I am not the target demographic for "Skinny Bitch." It’s aimed at the stomachs and waistlines and the hearts of the women of America. But even men are picking it up. NBA star Jerry Stackhouse of the Dallas Mavericks went vegetarian after reading "Skinny Bitch." It’s a hoot, and it’s hard not to really enjoy the fresh and funny take on the quest for the ideal diet from co-authors Rory Freedman and Kim Barnouin.
This isn’t your run-of-the-mill read. It’s a sassy, scolding look at the perils of the standard American diet, and it’s an unabashed call to shun animal products.
What’s amazed me most though is the public reaction to the book. It’s a cultural phenomenon.
I spend lots of time in airports, and I see people carrying around the book, reading it in the seat next to me, and buying it as a gift.
Skinny Bitch has spent 23 weeks on The New York Times best-seller list, more than half of it as the top seller in its category. And now the follow up, "Skinny Bitch in the Kitch," has landed on the same list, too. It’s a cookbook with a spicy attitude, and it may be there to stay as well for some time. (We’ve posted select recipes from the book on our website, along with many more of our favorite recipes for vegetarian eating.)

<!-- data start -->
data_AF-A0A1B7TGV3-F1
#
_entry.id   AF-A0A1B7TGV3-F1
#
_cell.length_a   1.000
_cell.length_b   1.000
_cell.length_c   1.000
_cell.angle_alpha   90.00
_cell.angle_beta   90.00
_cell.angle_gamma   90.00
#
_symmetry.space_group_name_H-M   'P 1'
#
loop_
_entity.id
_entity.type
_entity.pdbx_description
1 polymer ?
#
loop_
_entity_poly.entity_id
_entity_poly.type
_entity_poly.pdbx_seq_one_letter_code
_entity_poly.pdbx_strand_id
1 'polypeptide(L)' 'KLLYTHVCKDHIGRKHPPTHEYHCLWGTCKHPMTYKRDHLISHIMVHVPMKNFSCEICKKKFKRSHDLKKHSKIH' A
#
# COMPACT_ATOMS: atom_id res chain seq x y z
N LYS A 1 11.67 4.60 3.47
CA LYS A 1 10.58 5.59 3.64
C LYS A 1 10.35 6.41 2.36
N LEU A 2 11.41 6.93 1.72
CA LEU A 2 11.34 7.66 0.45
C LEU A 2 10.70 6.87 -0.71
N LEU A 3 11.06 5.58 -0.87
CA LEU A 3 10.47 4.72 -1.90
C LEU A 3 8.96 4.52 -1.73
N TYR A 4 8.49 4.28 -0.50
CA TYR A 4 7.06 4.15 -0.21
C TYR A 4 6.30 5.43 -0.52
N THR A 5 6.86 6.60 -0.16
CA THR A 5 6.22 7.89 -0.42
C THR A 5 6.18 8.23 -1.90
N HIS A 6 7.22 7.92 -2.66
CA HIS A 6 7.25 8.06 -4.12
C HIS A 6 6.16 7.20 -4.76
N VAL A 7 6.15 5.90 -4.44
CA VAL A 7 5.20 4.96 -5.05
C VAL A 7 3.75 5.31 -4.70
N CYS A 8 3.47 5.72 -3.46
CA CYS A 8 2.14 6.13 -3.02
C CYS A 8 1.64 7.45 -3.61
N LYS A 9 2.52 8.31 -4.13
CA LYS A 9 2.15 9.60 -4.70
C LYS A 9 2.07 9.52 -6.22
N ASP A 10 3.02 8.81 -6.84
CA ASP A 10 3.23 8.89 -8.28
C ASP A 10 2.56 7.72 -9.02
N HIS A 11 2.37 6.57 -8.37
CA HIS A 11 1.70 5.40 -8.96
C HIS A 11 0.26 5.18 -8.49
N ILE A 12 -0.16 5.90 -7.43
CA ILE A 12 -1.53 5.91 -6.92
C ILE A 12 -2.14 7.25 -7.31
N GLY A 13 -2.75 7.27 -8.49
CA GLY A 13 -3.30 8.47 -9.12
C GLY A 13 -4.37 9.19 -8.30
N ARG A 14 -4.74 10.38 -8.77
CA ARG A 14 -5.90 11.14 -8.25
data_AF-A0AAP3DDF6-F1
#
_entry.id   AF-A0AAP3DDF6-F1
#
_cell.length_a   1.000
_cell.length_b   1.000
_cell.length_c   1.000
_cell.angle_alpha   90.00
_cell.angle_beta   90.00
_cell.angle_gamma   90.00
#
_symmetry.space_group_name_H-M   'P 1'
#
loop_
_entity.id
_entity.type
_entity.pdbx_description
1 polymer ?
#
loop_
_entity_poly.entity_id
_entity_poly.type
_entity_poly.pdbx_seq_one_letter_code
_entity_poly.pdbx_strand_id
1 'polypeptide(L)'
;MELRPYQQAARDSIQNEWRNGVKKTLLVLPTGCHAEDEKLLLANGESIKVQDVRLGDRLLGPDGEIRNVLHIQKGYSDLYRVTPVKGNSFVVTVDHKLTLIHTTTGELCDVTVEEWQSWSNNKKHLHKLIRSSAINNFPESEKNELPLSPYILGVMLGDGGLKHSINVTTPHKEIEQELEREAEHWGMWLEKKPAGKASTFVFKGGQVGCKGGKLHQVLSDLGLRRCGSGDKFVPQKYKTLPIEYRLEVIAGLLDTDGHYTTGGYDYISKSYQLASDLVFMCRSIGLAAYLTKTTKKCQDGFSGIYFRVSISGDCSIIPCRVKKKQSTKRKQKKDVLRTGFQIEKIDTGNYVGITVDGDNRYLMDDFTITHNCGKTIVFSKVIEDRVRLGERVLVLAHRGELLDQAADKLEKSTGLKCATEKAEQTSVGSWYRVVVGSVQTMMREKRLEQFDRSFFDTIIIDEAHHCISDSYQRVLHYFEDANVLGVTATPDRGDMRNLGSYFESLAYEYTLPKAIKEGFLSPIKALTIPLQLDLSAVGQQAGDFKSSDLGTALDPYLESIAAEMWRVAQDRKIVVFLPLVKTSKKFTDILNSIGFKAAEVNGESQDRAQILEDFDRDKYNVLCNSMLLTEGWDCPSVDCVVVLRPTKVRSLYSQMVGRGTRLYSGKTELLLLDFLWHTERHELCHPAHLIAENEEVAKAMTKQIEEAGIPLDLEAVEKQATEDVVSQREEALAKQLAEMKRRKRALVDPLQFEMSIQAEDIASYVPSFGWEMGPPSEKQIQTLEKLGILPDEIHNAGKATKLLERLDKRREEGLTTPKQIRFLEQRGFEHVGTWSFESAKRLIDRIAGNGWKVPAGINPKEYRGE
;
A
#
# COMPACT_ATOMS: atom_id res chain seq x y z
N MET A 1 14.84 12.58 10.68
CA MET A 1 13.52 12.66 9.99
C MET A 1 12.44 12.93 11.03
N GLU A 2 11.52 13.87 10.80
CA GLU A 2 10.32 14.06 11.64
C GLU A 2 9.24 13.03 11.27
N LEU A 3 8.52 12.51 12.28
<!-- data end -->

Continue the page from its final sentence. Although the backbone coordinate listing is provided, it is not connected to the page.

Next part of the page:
The books are a one-two punch to the once-celebrated Atkins Diet, a wave that swept America a decade ago. That diet became the rage as consumers shunned pasta and bread and other carbs and substituted lots of animal protein instead.
"Skinny Bitch" says lay off the "dead, rotting, decomposing flesh of carcasses." And despite its far-reaching premise, the first book has sold nearly 900,000 copies.
There are hundreds of diet books in bookstores, but with sales soon to exceed 1 million, "Skinny Bitch" is the one with the perfect pitch.